How to use wool hand carders
Processing wool: step two, Carding wool
When all of your fiber locks have been cleaned and have dried you will be ready to card!
I use louet curved hand carders.
I find that each time the wool passes through my fingers, the cleaner and softer it becomes.
your locks may look something like this.
in this photos the butt end of the lock is facing downward. The butt end of the lock is where the shearer cut the wool from the sheep.
Hold your carders, one in each hand with the teeth facing downward in your dominant hand, and teeth facing upward in your other.
set your dominant handed carder down while you arrange the fiber on your wool carder.
starting 3/4 of the way down the carder
Taking one of your locks, you will want to align the butt end with the teeth that are closest to your wrist. Drag the lock gently upward through the teeth of the carder with the tip of the lock extending past the edge of the carder.
fill your carder with a few locks.
Drag your dominant hand carder over the other, brushing the locks outward.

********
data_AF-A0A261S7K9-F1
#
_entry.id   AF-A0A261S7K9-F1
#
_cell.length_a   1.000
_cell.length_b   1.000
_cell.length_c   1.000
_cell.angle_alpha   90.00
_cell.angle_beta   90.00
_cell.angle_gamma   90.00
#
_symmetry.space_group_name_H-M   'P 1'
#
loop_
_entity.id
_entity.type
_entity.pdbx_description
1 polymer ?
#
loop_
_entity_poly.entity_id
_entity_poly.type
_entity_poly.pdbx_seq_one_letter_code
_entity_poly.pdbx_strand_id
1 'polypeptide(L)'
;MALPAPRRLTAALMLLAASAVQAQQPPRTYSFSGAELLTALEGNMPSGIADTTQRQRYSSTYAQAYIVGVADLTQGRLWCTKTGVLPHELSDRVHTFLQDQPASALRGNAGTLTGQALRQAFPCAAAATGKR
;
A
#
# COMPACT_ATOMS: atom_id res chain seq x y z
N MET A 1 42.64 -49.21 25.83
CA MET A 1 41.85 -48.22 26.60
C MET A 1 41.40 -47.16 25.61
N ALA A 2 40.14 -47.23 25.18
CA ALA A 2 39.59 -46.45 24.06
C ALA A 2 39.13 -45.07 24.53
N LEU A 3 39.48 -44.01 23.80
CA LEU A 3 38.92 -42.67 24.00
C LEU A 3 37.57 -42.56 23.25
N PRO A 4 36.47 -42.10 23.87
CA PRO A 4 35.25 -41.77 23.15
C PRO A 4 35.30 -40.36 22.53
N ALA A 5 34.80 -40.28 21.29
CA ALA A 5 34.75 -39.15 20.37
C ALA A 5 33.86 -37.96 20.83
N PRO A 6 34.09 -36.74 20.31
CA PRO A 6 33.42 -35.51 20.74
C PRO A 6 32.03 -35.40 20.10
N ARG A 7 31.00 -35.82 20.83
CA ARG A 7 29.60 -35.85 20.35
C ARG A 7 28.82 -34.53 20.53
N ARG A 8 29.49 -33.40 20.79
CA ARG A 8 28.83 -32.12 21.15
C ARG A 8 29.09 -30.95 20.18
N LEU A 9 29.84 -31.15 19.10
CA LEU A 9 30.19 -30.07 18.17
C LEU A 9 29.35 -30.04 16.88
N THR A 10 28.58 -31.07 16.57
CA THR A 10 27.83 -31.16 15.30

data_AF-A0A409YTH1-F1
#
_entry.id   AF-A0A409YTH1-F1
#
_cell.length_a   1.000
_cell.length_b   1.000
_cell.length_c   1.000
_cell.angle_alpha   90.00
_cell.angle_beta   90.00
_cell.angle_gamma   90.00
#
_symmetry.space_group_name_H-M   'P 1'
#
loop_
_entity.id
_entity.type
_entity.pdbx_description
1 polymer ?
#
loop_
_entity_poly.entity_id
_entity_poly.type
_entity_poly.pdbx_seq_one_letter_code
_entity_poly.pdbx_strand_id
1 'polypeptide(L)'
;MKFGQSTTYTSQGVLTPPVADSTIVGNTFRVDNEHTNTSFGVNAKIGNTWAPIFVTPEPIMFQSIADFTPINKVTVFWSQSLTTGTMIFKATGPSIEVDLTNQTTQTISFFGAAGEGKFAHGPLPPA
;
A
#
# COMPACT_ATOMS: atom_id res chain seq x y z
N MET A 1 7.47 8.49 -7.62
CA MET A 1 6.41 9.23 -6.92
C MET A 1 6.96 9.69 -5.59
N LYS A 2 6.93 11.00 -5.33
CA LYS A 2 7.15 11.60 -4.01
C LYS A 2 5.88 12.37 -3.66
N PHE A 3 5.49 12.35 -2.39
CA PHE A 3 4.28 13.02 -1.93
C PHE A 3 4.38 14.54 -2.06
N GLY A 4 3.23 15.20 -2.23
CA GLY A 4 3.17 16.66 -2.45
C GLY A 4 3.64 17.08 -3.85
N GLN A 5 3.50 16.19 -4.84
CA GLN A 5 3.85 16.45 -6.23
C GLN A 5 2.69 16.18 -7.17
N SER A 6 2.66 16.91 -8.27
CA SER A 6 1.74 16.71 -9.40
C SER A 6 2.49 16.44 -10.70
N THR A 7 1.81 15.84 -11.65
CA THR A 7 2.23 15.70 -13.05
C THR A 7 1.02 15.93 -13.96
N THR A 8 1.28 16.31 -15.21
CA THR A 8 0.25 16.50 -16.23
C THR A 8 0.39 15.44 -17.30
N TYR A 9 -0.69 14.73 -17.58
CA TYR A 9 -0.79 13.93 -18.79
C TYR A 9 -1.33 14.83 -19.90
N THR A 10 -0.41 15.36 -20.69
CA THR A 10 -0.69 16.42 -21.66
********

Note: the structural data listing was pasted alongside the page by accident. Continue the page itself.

your fiber will spread out in the lock formation.
brush the tips a bit.
Now you have fiber on both of your carders. you will take the carder in the dominant hand and brush it backwards onto the other to remove the fiber from the carder.
push the right handed carder to the end of the left handed one.
This will create a hand-carded wool batt.
gently pull the batt from your left handed carder.
I like to spin right from the batt, because the fibers are already attenuated, and easily pre drafted.
sometimes I will roll the bat, and attenuate the fibers where they naturally pull apart from each other to create something that resembles roving.
I have found that this gives me the worsted spun yarn that I prefer to knit with.
though there are many other ways of spinning fiber to achieve different effects.
You can process the fiber further by rolling them into rologs.
or you can skip this altogether is you are going to spin directly from locks.
Goodluck! Stay tuned for step 3!